Joe Hood is a specialist in a niche field – underwater acoustic analysis. He spent 15 years in the military honing his craft and another four years as Acoustic Program Manager and Engineer before striking out on his own.
In 2006, Hood founded Akoostix Inc., As president officer he was responsible for management, business development, and technological vision. By 2011 those tasks were too much for Hood to take on alone, particularly if he wanted to grow his company beyond a “niche R & D support” company for the defence industry.
“I needed to be the face of the company, talk to people, generate new business, and convince clients that we can deliver on more challenging projects. Managing this workload on top of growing the business was becoming overwhelming,” said Hood.
But then, Hood got wind of the Workplace Innovation and Productivity Skills Incentive Program (WIPSI) at an Aerospace and Defence Industry Association of Nova Scotia (ADIANS) event. WIPSI is offered through the Nova Scotia Department of Labour and Advanced Education and provides funding for training to companies that are permanently located in Nova Scotia.
With the help of WIPSI, Hood was able to provide two employees with training in underwater acoustics and sonar systems. He brought in a trainer to train his entire staff in technical writing, and provided his staff with project management training.
“If you were to look out there and see how to build the best workforce, I’m sure you’d find that you need employees who are motivated to succeed, and a willingness on the part of the employer to present them with opportunities for growth, including through structured training,” said Hood.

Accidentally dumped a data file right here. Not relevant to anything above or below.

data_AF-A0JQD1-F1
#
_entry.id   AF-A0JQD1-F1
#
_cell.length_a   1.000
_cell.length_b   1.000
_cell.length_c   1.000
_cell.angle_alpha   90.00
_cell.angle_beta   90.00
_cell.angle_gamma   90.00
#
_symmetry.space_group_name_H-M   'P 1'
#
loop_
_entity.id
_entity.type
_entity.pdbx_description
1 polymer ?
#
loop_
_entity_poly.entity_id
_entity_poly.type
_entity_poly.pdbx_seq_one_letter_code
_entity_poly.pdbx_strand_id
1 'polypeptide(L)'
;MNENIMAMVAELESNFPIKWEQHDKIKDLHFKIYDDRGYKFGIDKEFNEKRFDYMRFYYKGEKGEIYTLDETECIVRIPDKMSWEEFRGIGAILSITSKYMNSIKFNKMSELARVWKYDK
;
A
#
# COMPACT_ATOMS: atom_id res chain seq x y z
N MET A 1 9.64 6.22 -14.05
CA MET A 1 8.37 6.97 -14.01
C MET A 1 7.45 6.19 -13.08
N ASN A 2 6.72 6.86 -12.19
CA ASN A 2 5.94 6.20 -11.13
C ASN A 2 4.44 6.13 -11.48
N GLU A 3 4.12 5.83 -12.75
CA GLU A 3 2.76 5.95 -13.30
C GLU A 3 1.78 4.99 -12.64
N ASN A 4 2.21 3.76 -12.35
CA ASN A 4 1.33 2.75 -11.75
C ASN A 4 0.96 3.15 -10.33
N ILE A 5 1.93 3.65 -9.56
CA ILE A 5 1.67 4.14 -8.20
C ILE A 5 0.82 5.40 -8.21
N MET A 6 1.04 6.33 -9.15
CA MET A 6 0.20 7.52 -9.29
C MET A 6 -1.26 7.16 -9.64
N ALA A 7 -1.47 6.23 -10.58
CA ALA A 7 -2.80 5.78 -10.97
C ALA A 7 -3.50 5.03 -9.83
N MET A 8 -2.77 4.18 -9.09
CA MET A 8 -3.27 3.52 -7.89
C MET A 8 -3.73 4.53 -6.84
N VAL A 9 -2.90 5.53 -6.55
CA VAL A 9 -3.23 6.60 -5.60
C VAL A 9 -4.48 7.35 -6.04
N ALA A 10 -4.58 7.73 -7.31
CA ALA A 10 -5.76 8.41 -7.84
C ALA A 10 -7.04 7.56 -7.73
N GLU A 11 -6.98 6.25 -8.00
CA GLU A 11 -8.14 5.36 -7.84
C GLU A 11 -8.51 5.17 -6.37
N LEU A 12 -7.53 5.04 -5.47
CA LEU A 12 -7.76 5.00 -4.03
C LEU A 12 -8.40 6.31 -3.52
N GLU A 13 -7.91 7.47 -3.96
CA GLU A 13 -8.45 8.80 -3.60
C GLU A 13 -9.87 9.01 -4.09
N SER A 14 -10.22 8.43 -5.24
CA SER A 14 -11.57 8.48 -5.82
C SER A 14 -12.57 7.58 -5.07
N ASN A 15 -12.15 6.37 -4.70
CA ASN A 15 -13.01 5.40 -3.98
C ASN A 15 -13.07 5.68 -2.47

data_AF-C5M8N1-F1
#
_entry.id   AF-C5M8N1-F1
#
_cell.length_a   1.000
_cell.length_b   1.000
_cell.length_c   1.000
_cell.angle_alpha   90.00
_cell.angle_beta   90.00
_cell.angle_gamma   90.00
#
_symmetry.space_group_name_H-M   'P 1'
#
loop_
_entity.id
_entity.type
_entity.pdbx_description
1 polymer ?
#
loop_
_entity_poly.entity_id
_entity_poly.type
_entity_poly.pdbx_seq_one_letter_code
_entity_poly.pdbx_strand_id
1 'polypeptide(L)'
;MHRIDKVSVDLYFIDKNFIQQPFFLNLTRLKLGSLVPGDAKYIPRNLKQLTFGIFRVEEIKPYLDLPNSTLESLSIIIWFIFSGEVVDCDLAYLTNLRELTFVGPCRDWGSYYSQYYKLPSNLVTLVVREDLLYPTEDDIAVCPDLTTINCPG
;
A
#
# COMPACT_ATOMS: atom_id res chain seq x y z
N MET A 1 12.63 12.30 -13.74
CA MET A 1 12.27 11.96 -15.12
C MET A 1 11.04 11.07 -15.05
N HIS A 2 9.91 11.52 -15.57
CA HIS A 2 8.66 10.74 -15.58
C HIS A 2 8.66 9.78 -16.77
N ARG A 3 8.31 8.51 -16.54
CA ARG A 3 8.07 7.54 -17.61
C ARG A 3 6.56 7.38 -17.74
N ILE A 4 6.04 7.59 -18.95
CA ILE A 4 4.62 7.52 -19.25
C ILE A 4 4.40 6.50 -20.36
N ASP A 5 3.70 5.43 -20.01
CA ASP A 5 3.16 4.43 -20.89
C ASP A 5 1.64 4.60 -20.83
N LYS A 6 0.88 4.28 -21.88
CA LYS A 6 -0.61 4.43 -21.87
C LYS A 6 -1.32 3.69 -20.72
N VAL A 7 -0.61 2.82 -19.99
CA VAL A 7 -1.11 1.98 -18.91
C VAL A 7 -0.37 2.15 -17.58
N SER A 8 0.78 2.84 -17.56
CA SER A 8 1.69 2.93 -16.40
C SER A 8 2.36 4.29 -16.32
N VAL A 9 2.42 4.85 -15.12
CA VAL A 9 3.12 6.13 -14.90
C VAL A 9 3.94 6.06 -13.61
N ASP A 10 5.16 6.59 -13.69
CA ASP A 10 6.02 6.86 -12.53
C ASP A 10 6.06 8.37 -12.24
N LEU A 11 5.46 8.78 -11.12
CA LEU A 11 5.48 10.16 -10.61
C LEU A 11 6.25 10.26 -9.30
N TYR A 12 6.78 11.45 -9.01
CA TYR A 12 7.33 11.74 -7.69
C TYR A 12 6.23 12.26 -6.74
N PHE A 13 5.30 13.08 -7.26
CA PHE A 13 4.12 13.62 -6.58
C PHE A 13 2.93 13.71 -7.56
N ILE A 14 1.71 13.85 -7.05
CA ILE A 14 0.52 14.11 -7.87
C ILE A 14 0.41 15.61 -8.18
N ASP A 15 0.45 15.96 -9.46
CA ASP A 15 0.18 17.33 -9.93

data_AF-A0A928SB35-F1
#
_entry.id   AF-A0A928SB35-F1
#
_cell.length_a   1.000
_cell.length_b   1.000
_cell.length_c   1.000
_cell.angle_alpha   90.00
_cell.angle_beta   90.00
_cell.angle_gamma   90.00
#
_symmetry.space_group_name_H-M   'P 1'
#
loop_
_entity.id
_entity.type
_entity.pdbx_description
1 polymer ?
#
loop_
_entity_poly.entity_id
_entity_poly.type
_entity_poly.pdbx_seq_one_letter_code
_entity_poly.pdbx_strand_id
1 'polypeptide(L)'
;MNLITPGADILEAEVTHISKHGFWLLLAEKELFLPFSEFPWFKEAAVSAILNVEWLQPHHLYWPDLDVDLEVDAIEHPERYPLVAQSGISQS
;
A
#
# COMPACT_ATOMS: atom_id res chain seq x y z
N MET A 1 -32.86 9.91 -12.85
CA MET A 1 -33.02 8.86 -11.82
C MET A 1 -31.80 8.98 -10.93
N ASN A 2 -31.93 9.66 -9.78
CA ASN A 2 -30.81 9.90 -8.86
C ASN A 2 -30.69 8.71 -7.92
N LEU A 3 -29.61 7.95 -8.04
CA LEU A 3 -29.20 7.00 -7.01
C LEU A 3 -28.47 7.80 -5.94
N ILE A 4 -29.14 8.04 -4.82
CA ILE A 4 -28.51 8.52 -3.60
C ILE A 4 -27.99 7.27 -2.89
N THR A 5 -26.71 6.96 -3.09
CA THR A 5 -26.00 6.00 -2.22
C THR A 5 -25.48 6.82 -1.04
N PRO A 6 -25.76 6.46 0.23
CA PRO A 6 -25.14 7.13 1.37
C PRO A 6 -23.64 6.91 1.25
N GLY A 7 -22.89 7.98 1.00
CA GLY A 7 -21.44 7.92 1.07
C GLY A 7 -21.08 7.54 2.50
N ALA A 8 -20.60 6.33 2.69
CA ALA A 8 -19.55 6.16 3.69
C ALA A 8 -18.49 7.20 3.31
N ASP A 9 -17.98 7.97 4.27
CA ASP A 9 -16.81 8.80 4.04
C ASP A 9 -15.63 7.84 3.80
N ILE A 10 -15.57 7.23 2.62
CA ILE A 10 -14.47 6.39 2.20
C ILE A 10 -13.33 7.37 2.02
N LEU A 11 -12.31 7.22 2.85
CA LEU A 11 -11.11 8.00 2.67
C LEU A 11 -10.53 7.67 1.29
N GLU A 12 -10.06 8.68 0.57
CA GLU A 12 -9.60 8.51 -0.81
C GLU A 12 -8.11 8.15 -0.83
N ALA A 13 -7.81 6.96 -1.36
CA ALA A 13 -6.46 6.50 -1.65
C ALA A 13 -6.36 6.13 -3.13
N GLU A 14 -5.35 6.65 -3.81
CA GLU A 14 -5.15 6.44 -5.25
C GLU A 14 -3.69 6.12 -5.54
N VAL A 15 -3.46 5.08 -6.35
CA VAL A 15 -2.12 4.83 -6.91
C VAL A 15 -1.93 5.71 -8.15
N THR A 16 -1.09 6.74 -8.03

Hood said that as a small company, providing training for employees is a struggle. It takes time to develop training and, when the training is developed by others, it can be expensive. He sees WIPSI as a “shared risk and reward.” “The company makes an investment [in the employee], the employee makes an investment by focusing their energy and, in these cases, the government is also making an investment,” said Hood.
As a result of training his company was also able to get ISO 9001 certification, which opened the doors to new clients such as Shell Canada and SCHOTTEL, a leader in the tidal power industry. Akoostix’s revenue more than doubled between 2011 and 2014, a fact that Hood also attributes to the training he and his employees received.
It also positioned Akoostix “to the point where it was attractive enough to be acquired and create a more competitive Nova Scotian company.” GeoSpectrum Technologies purchased Akoostix in 2014 and Hood is now the company’s software product manager.
Before the purchase, GeoSpectrum focused on “the wet end – things that go in the water” and Akoostix focused on “the dry end – the processing end.” Together they provide a complete solution.
“As a team we’re more competitive in the international marketplace,” said Hood. “We can provide more complete solutions and it’s easier for customers to buy a complete solution than a partial one.”
Hood is convinced that when his company succeeds, the province of Nova Scotia succeeds as well. “People are always going to have the option to leave and go elsewhere, but if you provide them with opportunities for growth and training, you have a much higher probability that they’re going to stay with you.”
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